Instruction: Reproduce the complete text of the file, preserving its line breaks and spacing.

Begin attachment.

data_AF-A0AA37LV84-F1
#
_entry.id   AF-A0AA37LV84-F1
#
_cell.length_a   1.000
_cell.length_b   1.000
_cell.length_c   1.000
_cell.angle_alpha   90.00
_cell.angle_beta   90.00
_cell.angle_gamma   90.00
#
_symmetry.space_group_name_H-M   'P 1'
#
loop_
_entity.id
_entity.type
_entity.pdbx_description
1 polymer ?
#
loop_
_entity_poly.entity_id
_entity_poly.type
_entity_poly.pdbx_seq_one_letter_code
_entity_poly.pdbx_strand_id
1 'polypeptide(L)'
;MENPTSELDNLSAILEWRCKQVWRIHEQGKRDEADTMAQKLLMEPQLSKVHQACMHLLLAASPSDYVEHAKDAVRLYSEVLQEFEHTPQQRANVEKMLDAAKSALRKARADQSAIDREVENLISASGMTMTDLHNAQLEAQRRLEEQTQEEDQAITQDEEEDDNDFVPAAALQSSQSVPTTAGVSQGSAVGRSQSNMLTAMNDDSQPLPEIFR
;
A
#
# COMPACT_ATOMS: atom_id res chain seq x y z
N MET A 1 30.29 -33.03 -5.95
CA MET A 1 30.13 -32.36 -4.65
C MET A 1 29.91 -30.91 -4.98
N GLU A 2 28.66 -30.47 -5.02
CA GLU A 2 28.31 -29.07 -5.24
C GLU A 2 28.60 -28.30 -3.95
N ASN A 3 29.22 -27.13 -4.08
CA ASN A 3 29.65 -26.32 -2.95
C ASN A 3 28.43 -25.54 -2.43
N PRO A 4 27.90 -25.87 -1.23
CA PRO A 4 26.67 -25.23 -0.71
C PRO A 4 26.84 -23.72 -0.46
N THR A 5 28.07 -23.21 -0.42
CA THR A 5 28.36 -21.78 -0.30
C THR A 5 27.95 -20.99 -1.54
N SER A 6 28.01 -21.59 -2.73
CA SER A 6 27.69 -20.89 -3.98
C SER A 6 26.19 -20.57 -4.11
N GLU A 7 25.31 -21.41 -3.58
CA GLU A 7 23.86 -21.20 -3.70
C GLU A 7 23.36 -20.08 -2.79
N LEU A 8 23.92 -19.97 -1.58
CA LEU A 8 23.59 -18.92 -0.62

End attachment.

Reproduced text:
data_AF-A0AA37LV84-F1
#
_entry.id   AF-A0AA37LV84-F1
#
_cell.length_a   1.000
_cell.length_b   1.000
_cell.length_c   1.000
_cell.angle_alpha   90.00
_cell.angle_beta   90.00
_cell.angle_gamma   90.00
#
_symmetry.space_group_name_H-M   'P 1'
#
loop_
_entity.id
_entity.type
_entity.pdbx_description
1 polymer ?
#
loop_
_entity_poly.entity_id
_entity_poly.type
_entity_poly.pdbx_seq_one_letter_code
_entity_poly.pdbx_strand_id
1 'polypeptide(L)'
;MENPTSELDNLSAILEWRCKQVWRIHEQGKRDEADTMAQKLLMEPQLSKVHQACMHLLLAASPSDYVEHAKDAVRLYSEVLQEFEHTPQQRANVEKMLDAAKSALRKARADQSAIDREVENLISASGMTMTDLHNAQLEAQRRLEEQTQEEDQAITQDEEEDDNDFVPAAALQSSQSVPTTAGVSQGSAVGRSQSNMLTAMNDDSQPLPEIFR
;
A
#
# COMPACT_ATOMS: atom_id res chain seq x y z
N MET A 1 30.29 -33.03 -5.95
CA MET A 1 30.13 -32.36 -4.65
C MET A 1 29.91 -30.91 -4.98
N GLU A 2 28.66 -30.47 -5.02
CA GLU A 2 28.31 -29.07 -5.24
C GLU A 2 28.60 -28.30 -3.95
N ASN A 3 29.22 -27.13 -4.08
CA ASN A 3 29.65 -26.32 -2.95
C ASN A 3 28.43 -25.54 -2.43
N PRO A 4 27.90 -25.87 -1.23
CA PRO A 4 26.67 -25.23 -0.71
C PRO A 4 26.84 -23.72 -0.46
N THR A 5 28.07 -23.21 -0.42
CA THR A 5 28.36 -21.78 -0.30
C THR A 5 27.95 -20.99 -1.54
N SER A 6 28.01 -21.59 -2.73
CA SER A 6 27.69 -20.89 -3.98
C SER A 6 26.19 -20.57 -4.11
N GLU A 7 25.31 -21.41 -3.58
CA GLU A 7 23.86 -21.20 -3.70
C GLU A 7 23.36 -20.08 -2.79
N LEU A 8 23.92 -19.97 -1.58
CA LEU A 8 23.59 -18.92 -0.62